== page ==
Swedish Silent Film director Sigurd Wallen during 1923 directed the lost silent film "Friaren fran Landsvagen", which co-scripted with Sam Ask had starred Edvin Adolphson, Jenny Hasselquist, and Mia Grunden.

John Lindlof in 1924 directed the film "Man of Adventure" (Odets Man) with Inga Tiblad and Uno Henning, photographed by Gustav a Gustafson and written by J. Evicius. Knut Lambert who appears as an actor in the film and subsequently several later films, directed the lost film "Equal Among Equal" (Lika mot lika) in 1906, it having been the first film in which actress Tollie Zellman was to appear. Lambert appears with Tollie Zellman in the film as an actor with his wife Helfrid Lambert. There are no surviving copies of the film.

Sigurd Wallen during 1924 directed Inga Tiblad with Einar Froberg in " Greune pa Svanta" photographed by Henrik Jaenzon. Mostly known for being a theater director it was the first of only a handful of films Froberg had appeared in and the only film script that he had written. Froberg had directed an earlier film, "Lunda-indianer" starring Ture Sjogre and Malte Akerman, during 1920, his only time behind the camera, and had directed his own play, "Individerna Forbund' in Stockholm during 1919. Gustaf Molander appeared on stage in Stockholm in Froberg's play "Erna" under the direction of Gustaf Linden at The Drama (Dramaten) during 1922.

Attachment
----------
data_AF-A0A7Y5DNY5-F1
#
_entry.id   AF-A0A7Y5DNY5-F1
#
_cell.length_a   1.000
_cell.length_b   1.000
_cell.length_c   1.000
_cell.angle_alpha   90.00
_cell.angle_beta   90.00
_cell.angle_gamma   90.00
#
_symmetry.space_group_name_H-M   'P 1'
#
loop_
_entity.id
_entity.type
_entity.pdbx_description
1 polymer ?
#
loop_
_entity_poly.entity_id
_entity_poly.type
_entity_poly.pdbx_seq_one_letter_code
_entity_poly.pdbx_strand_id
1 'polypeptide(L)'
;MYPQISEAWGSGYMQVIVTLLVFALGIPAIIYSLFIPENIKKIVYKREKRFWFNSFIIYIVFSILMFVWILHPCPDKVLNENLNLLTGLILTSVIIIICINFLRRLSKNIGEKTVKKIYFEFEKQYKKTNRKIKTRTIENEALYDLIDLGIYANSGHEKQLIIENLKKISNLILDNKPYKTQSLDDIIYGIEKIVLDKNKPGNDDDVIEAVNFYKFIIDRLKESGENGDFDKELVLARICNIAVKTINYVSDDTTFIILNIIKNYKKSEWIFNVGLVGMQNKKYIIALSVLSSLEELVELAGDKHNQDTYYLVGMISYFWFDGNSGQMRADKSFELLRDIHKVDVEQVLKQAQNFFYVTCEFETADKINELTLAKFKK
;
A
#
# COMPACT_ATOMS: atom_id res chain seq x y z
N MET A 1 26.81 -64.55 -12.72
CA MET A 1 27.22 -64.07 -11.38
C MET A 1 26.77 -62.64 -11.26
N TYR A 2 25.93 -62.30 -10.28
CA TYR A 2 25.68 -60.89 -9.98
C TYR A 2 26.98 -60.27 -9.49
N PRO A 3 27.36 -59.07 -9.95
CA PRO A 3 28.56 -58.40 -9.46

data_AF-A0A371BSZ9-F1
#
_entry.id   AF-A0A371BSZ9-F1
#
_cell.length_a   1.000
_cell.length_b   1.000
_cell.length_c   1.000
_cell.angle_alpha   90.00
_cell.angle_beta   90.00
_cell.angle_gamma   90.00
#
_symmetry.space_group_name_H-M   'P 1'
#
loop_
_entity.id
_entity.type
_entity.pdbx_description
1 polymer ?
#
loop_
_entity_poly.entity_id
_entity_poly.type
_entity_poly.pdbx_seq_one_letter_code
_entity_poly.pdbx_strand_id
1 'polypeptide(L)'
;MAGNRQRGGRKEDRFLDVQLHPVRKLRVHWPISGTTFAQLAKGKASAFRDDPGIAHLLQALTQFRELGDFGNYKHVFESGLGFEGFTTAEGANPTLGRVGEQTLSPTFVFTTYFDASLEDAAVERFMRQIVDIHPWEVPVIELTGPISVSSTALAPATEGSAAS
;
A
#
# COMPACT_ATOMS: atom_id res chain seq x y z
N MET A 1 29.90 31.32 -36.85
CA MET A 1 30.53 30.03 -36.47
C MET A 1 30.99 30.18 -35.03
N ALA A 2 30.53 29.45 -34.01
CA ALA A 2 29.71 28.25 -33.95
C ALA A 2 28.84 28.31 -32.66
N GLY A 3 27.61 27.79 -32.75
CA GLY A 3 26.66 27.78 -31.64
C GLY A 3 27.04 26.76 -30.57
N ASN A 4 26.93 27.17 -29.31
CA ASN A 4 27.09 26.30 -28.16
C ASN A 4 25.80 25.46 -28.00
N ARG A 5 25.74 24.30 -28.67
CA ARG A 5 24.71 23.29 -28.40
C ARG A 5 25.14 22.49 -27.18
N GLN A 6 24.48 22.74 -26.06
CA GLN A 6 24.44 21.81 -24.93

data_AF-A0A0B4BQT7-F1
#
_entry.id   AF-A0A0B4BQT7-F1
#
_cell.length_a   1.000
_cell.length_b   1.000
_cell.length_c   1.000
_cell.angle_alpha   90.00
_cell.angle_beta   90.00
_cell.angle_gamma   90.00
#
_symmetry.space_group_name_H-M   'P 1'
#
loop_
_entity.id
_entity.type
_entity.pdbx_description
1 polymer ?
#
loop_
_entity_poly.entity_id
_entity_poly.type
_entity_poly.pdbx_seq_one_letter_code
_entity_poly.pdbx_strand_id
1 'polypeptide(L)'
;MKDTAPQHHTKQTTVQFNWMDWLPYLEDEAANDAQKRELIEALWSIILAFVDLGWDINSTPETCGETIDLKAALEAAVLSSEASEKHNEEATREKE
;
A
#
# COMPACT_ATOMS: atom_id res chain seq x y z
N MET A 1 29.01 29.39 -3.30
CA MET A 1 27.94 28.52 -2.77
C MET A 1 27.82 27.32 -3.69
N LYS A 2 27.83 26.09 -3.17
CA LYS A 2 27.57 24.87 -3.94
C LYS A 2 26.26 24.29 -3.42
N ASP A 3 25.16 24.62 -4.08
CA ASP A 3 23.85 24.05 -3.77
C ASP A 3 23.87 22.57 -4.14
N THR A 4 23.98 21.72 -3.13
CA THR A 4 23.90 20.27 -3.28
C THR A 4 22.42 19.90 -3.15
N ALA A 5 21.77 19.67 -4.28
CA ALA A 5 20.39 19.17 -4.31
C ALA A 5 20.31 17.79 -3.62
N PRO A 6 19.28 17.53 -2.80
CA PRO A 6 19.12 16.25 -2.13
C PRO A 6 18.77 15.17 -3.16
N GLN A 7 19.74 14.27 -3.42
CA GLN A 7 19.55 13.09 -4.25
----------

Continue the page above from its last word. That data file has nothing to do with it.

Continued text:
Ivar Kage in 1924 directed Gosta Hillberg and Edvin Adolphson in the film "When the Lighthouse Flashes" (Dar fyren blinken) for Svensk Ornfilm. The script was written by Esther Julin who had earlier adapted the novels of Selma Lagerlof to the screen for Victor Sjostrom. A fairly obscure or nonprolific photographer, Hellwig Rimmen during 1924 photographed the only film that he was to direct, "Hogsta Vinsten", it having starred actress Hilma Bolvig. The running time to the film was a half hour. Rimmen had began filming in Sweden under the direction of Einar Fronerg during the only film he was to direct, the 1920 film "Lunda-Indianer".